Nolan Arenado traded to Cardinals, Rockies to pay large share of his remaining salary


The St. Louis Cardinals have landed All-Star third baseman Nolan Arenado in a blockbuster trade with the Colorado Rockies, CBS Sports’ R.J. Anderson has confirmed. Colorado is expected to retain approximately $50 million of the $199 million remaining on Arenado’s contract. Lefty Austin Gomber, righties Jake Woodford and Angel Rondon, first baseman Luken Baker, and outfielder Jhon Torres are headed to Colorado in exchange for Arenado.

The Athletic’s Ken Rosenthal notes the trade may not become official for a few days. Arenado must formally waive his no-trade clause, and his contract includes an opt out clause following the 2021 season that could be reworked in some manner, including being pushed back. Also, MLB and the MLBPA must approve the trade because of the significant dollars changing hands.

Arenado, who’s going into his age-30 campaign, is coming off a subpar 2020 season (.738 OPS). However, he suffered an early shoulder injury that lingered for much of a season that was abbreviated to 60 games because of the COVID-19 pandemic. Doubtless, that affected Arenado’s production at the plate. The larger view suggests he’s still an elite performer at the plate — he put up a 131 OPS+ from 2017 through 2019, and for his career he’s averaged 35 home runs and 39 doubles per 162 games played. That’s to say nothing of the fact that Arenado remains perhaps the game’s best defensive third baseman and one of the most valuable gloves at any position. Over the course of his career, Arenado has won eight Gold Gloves — one in every year of his MLB career — and four Silver Sluggers. He’s also finished in the top 10 of the NL MVP balloting on five different occasions. 

Some will point to the fact that playing his home games at Coors Field has inflated his offensive numbers, but his park-adjusted statistics with the bat are quite strong. As well, it’s never as simple as looking at the road stats of a Rockies hitter; playing in Coors exacts a price in games played closer to sea level. Look no further than DJ LeMahieu, who’s offensive performance has actually improved away from Coors Field.

The financial angle is also an indelible part of the story. Arenado has six years and $199 million left on the extension that kicked in prior to the 2019 season, which in part explains why the Rockies were willing to part with their homegrown superstar. Also likely playing a role were reported mutual tensions between Arenado and GM Jeff Bridich and Arenado’s general dissatisfaction with the direction of the franchise.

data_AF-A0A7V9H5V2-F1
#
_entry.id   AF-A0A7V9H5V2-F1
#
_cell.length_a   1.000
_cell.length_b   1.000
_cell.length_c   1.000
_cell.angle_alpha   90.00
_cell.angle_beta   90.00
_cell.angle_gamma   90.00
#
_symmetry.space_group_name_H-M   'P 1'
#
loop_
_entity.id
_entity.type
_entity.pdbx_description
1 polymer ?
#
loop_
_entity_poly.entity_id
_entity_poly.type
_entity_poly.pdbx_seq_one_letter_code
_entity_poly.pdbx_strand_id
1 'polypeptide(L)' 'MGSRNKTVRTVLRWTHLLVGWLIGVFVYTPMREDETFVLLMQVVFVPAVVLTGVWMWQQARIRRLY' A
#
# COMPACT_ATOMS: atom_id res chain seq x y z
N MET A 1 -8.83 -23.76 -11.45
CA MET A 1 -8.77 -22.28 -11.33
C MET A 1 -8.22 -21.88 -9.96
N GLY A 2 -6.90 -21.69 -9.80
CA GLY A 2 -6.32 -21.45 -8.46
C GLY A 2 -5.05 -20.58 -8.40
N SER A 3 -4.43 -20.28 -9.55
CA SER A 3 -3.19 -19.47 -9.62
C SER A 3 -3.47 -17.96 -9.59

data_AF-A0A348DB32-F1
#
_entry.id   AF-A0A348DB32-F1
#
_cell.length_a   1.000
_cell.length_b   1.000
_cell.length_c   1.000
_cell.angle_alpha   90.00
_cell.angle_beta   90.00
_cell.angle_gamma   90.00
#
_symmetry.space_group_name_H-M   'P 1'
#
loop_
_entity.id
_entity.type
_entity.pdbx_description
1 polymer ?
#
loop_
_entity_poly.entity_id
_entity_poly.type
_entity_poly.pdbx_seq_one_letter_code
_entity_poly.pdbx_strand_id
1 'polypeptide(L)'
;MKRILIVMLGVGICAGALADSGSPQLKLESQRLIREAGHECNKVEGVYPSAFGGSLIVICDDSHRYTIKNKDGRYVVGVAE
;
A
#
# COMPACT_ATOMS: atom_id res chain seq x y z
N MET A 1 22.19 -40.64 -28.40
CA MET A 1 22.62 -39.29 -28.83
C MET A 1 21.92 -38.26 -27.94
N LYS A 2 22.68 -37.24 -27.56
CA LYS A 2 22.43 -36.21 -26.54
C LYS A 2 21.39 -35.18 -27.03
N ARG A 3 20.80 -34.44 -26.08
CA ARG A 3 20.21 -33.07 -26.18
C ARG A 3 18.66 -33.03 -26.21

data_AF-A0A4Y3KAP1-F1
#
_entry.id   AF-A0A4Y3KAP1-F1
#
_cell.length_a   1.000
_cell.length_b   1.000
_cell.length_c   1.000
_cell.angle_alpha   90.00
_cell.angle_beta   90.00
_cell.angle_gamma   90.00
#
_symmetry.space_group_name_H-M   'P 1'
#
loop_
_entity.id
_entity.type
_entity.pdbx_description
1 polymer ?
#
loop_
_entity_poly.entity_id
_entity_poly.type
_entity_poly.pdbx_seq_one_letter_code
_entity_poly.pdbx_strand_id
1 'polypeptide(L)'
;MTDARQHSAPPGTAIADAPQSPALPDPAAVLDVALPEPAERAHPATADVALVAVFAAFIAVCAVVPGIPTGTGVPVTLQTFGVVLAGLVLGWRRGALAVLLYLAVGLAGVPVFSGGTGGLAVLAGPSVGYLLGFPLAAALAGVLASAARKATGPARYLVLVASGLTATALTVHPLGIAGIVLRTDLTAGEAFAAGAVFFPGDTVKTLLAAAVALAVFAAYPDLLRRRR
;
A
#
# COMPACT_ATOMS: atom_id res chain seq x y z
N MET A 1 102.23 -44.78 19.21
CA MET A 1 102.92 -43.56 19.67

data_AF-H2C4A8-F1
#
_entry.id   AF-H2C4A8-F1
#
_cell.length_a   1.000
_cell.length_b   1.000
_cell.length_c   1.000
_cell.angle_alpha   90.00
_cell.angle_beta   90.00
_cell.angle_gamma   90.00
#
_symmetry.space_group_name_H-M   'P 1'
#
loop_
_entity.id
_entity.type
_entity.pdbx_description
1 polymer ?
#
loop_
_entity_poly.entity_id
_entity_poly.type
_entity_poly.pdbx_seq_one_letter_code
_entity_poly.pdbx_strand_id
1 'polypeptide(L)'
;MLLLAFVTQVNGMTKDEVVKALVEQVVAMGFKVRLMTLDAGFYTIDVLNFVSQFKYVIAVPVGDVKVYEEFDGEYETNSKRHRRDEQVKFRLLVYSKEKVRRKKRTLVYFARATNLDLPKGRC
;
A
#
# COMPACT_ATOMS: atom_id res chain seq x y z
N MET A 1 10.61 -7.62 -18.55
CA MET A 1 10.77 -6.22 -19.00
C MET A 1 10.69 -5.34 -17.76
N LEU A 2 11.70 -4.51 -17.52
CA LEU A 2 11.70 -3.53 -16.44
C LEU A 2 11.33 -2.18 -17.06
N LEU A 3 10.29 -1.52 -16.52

In St. Louis, Arenado adds a badly needed impact bat to a Cardinals offense that ranked 14th in the National League in runs scored last season and 10th in 2019. As well, he fills a hole in the infield. The decision to decline the club option of second baseman Kolten Wong meant that Tommy Edman was in line for regular duty at that position. That in turn meant that Matt Carpenter, in decline at the plate and in the field, would have probably been the sub-optimal solution at third base, where Edman spent the plurality of his time in 2020. On the whole, the Arenado addition likely pushes the Cardinals to favorite status in the NL Central, which this winter has seen the reigning champion Cubs worsen themselves and the Reds and Brewers do little of anything. 

The Cardinals recently re-signed Adam Wainwright and are expected to re-sign Yadier Molina in the coming days. Once the Arenado trade is official, Cardinals manager Mike Shildt will able to deploy a regular lineup that looks something like this:

  1. 2B Tommy Edman
  2. SS Paul DeJong
  3. 3B Nolan Arenado
  4. 1B Paul Goldschmidt
  5. LF Dylan Carlson
  6. RF Dexter Fowler
  7. C Yadier Molina
  8. CF Harrison Bader
  9. Pitcher’s spot

Carpenter is the obvious candidate to step into the lineup should the National League adopt the universal DH in 2021. Reigning Gold Glove outfielder Tyler O’Neill could push Bader or Fowler to the bench depending on each player’s performance.

The Cardinals have a history of importing former Rockies stars. They acquired Larry Walker from Colorado at the 2004 trade deadline, and they added Matt Holliday in a trade with the Athletics in 2009. St. Louis also acquired Scott Rolen in 2002. Rolen, like Arenado, was displeased with his former team (the Phillies) and wanted out. Holliday and Rolen were impending free agents when they first joined the Cardinals and they signed long-term deals soon thereafter.  

Gomber, 27, owns a 3.72 ERA in 104 MLB innings with St. Louis. MLB.com ranks the 20-year-old Torres the No. 9 prospect in the Cardinals’ system and says “the final product could be that of an above-average big leaguer who offers value in all facets of the game.” MLB.com also ranks Rondon and Baker the No. 13 and 23 prospects in the system, respectively. Woodford, 24, is unranked and had a 5.57 ERA in 21 innings with St. Louis in 2020.

Arenado is on the short list of the greatest Rockies players in history — he is fourth on the franchise’s all-time WAR leaderboard behind Todd Helton, Larry Walker, and Troy Tulowitzki — and now that he’s been traded, Trevor Story’s long-term future will become the focus. Story is scheduled to become a free agent next offseason, and if the Rockies intend to kick off an earnest rebuild, he figures to be next player they trade.





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